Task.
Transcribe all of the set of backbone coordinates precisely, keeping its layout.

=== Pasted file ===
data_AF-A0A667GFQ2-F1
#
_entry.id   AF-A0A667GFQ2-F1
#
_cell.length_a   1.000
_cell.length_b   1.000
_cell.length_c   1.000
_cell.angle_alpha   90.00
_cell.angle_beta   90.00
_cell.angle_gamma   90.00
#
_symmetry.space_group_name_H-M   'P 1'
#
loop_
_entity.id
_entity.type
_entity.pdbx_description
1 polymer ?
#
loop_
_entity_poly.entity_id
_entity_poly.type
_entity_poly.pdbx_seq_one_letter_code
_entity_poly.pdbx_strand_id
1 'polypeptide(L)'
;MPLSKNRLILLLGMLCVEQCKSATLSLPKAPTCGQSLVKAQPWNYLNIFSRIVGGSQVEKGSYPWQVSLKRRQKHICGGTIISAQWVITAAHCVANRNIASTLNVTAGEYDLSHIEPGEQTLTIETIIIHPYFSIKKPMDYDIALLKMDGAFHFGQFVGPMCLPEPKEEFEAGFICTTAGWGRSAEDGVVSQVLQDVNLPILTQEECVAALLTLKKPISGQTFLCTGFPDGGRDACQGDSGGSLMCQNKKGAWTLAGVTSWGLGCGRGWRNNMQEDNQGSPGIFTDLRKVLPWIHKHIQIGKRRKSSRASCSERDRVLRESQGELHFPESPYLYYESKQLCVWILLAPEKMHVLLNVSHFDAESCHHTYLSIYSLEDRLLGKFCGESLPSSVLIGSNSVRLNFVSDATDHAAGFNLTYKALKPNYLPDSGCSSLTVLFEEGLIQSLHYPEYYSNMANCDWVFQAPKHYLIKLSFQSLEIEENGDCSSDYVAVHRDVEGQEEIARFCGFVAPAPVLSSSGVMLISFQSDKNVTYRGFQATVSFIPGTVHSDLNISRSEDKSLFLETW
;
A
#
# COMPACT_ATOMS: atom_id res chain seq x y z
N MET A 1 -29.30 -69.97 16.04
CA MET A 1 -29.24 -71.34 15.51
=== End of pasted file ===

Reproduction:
data_AF-A0A667GFQ2-F1
#
_entry.id   AF-A0A667GFQ2-F1
#
_cell.length_a   1.000
_cell.length_b   1.000
_cell.length_c   1.000
_cell.angle_alpha   90.00
_cell.angle_beta   90.00
_cell.angle_gamma   90.00
#
_symmetry.space_group_name_H-M   'P 1'
#
loop_
_entity.id
_entity.type
_entity.pdbx_description
1 polymer ?
#
loop_
_entity_poly.entity_id
_entity_poly.type
_entity_poly.pdbx_seq_one_letter_code
_entity_poly.pdbx_strand_id
1 'polypeptide(L)'
;MPLSKNRLILLLGMLCVEQCKSATLSLPKAPTCGQSLVKAQPWNYLNIFSRIVGGSQVEKGSYPWQVSLKRRQKHICGGTIISAQWVITAAHCVANRNIASTLNVTAGEYDLSHIEPGEQTLTIETIIIHPYFSIKKPMDYDIALLKMDGAFHFGQFVGPMCLPEPKEEFEAGFICTTAGWGRSAEDGVVSQVLQDVNLPILTQEECVAALLTLKKPISGQTFLCTGFPDGGRDACQGDSGGSLMCQNKKGAWTLAGVTSWGLGCGRGWRNNMQEDNQGSPGIFTDLRKVLPWIHKHIQIGKRRKSSRASCSERDRVLRESQGELHFPESPYLYYESKQLCVWILLAPEKMHVLLNVSHFDAESCHHTYLSIYSLEDRLLGKFCGESLPSSVLIGSNSVRLNFVSDATDHAAGFNLTYKALKPNYLPDSGCSSLTVLFEEGLIQSLHYPEYYSNMANCDWVFQAPKHYLIKLSFQSLEIEENGDCSSDYVAVHRDVEGQEEIARFCGFVAPAPVLSSSGVMLISFQSDKNVTYRGFQATVSFIPGTVHSDLNISRSEDKSLFLETW
;
A
#
# COMPACT_ATOMS: atom_id res chain seq x y z
N MET A 1 -29.30 -69.97 16.04
CA MET A 1 -29.24 -71.34 15.51